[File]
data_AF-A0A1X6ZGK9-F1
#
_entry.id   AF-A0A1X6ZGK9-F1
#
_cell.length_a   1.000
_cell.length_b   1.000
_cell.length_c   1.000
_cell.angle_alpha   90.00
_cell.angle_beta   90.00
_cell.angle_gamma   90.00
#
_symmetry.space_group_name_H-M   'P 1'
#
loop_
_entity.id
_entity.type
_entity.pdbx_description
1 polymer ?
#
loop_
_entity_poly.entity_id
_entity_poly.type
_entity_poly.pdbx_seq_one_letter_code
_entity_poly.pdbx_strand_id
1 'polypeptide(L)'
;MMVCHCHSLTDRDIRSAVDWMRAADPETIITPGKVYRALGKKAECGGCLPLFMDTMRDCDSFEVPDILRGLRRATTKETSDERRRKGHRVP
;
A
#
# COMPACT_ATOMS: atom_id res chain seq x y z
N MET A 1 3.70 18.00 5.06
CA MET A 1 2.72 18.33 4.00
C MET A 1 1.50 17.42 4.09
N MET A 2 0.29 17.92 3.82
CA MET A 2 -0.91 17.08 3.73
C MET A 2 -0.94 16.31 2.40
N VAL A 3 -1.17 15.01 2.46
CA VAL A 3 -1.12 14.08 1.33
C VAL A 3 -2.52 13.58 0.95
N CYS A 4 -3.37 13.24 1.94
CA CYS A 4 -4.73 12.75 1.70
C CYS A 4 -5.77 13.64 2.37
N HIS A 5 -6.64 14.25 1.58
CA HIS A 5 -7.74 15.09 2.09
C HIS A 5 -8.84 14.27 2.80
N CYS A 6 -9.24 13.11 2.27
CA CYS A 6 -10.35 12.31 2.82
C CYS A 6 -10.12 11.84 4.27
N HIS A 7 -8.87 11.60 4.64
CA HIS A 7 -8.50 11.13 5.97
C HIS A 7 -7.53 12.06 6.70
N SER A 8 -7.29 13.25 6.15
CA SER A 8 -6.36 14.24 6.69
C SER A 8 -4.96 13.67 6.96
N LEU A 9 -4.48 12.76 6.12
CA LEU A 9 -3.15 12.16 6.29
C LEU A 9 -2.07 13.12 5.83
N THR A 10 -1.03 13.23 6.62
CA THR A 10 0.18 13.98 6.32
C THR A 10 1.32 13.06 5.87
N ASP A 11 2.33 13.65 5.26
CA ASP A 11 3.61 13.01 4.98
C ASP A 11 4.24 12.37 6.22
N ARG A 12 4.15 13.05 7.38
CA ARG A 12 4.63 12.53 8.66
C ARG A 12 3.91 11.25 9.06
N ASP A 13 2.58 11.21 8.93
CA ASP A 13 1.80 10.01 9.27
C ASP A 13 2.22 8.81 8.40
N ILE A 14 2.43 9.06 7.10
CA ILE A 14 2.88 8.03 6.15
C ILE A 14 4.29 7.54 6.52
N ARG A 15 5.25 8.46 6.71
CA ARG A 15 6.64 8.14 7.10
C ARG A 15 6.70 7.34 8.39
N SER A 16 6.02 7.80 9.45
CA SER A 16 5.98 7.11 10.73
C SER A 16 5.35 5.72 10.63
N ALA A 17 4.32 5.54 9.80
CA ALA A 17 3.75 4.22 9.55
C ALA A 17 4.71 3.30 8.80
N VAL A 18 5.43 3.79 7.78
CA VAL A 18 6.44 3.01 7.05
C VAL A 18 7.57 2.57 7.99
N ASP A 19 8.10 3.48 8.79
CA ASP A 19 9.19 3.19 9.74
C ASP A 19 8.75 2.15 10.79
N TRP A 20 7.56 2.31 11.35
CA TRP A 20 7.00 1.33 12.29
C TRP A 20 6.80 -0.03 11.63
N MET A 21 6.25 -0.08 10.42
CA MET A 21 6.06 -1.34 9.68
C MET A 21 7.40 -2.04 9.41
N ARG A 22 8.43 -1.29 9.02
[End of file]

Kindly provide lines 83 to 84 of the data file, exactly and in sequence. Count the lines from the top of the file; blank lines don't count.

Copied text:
CA VAL A 18 6.44 3.01 7.05
C VAL A 18 7.57 2.57 7.99